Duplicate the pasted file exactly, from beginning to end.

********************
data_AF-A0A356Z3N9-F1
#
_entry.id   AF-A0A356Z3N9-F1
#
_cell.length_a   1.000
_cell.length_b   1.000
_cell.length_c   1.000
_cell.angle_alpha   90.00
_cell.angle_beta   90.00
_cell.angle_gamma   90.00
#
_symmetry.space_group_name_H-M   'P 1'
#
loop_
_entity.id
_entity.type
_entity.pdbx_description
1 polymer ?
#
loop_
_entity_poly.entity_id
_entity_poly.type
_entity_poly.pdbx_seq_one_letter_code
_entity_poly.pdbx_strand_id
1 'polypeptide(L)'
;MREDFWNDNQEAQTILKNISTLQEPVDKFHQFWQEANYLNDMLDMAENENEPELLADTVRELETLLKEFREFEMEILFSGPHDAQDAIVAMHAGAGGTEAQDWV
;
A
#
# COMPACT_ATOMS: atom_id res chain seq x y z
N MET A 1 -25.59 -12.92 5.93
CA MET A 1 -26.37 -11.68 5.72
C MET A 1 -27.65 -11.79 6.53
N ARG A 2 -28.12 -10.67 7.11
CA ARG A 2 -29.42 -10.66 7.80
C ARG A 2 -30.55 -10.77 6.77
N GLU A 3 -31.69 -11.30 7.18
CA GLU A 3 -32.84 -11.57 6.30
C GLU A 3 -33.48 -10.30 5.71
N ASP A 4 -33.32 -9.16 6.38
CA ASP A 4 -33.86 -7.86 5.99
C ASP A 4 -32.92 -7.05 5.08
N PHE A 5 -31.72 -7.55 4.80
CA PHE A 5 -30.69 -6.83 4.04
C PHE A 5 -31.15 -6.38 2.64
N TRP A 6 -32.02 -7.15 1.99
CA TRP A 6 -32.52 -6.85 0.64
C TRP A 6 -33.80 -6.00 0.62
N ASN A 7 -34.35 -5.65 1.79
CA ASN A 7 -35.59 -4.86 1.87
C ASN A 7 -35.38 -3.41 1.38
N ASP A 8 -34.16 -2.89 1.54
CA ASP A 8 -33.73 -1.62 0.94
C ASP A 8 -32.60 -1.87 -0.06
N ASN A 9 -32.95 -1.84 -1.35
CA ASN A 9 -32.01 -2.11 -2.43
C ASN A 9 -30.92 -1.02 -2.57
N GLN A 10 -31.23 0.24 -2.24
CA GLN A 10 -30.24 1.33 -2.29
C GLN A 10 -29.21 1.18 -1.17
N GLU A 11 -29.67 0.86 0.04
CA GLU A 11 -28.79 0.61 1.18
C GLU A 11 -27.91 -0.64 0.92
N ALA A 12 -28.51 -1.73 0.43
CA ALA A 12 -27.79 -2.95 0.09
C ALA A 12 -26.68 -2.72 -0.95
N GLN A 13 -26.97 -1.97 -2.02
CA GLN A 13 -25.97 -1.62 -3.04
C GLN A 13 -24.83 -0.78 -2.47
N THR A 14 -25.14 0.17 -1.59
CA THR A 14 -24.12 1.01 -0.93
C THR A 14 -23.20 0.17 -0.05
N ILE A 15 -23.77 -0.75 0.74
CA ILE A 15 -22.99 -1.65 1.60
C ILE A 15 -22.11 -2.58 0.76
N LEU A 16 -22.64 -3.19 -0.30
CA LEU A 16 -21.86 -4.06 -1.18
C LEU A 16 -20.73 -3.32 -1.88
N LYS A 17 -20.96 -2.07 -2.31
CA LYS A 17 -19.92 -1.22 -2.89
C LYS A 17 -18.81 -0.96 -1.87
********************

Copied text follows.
data_AF-A0A356Z3N9-F1
#
_entry.id   AF-A0A356Z3N9-F1
#
_cell.length_a   1.000
_cell.length_b   1.000
_cell.length_c   1.000
_cell.angle_alpha   90.00
_cell.angle_beta   90.00
_cell.angle_gamma   90.00
#
_symmetry.space_group_name_H-M   'P 1'
#
loop_
_entity.id
_entity.type
_entity.pdbx_description
1 polymer ?
#
loop_
_entity_poly.entity_id
_entity_poly.type
_entity_poly.pdbx_seq_one_letter_code
_entity_poly.pdbx_strand_id
1 'polypeptide(L)'
;MREDFWNDNQEAQTILKNISTLQEPVDKFHQFWQEANYLNDMLDMAENENEPELLADTVRELETLLKEFREFEMEILFSGPHDAQDAIVAMHAGAGGTEAQDWV
;
A
#
# COMPACT_ATOMS: atom_id res chain seq x y z
N MET A 1 -25.59 -12.92 5.93
CA MET A 1 -26.37 -11.68 5.72
C MET A 1 -27.65 -11.79 6.53
N ARG A 2 -28.12 -10.67 7.11
CA ARG A 2 -29.42 -10.66 7.80
C ARG A 2 -30.55 -10.77 6.77
N GLU A 3 -31.69 -11.30 7.18
CA GLU A 3 -32.84 -11.57 6.30
C GLU A 3 -33.48 -10.30 5.71
N ASP A 4 -33.32 -9.16 6.38
CA ASP A 4 -33.86 -7.86 5.99
C ASP A 4 -32.92 -7.05 5.08
N PHE A 5 -31.72 -7.55 4.80
CA PHE A 5 -30.69 -6.83 4.04
C PHE A 5 -31.15 -6.38 2.64
N TRP A 6 -32.02 -7.15 1.99
CA TRP A 6 -32.52 -6.85 0.64
C TRP A 6 -33.80 -6.00 0.62
N ASN A 7 -34.35 -5.65 1.79
CA ASN A 7 -35.59 -4.86 1.87
C ASN A 7 -35.38 -3.41 1.38
N ASP A 8 -34.16 -2.89 1.54
CA ASP A 8 -33.73 -1.62 0.94
C ASP A 8 -32.60 -1.87 -0.06
N ASN A 9 -32.95 -1.84 -1.35
CA ASN A 9 -32.01 -2.11 -2.43
C ASN A 9 -30.92 -1.02 -2.57
N GLN A 10 -31.23 0.24 -2.24
CA GLN A 10 -30.24 1.33 -2.29
C GLN A 10 -29.21 1.18 -1.17
N GLU A 11 -29.67 0.86 0.04
CA GLU A 11 -28.79 0.61 1.18
C GLU A 11 -27.91 -0.64 0.92
N ALA A 12 -28.51 -1.73 0.43
CA ALA A 12 -27.79 -2.95 0.09
C ALA A 12 -26.68 -2.72 -0.95
N GLN A 13 -26.97 -1.97 -2.02
CA GLN A 13 -25.97 -1.62 -3.04
C GLN A 13 -24.83 -0.78 -2.47
N THR A 14 -25.14 0.17 -1.59
CA THR A 14 -24.12 1.01 -0.93
C THR A 14 -23.20 0.17 -0.05
N ILE A 15 -23.77 -0.75 0.74
CA ILE A 15 -22.99 -1.65 1.60
C ILE A 15 -22.11 -2.58 0.76
N LEU A 16 -22.64 -3.19 -0.30
CA LEU A 16 -21.86 -4.06 -1.18
C LEU A 16 -20.73 -3.32 -1.88
N LYS A 17 -20.96 -2.07 -2.31
CA LYS A 17 -19.92 -1.22 -2.89
C LYS A 17 -18.81 -0.96 -1.87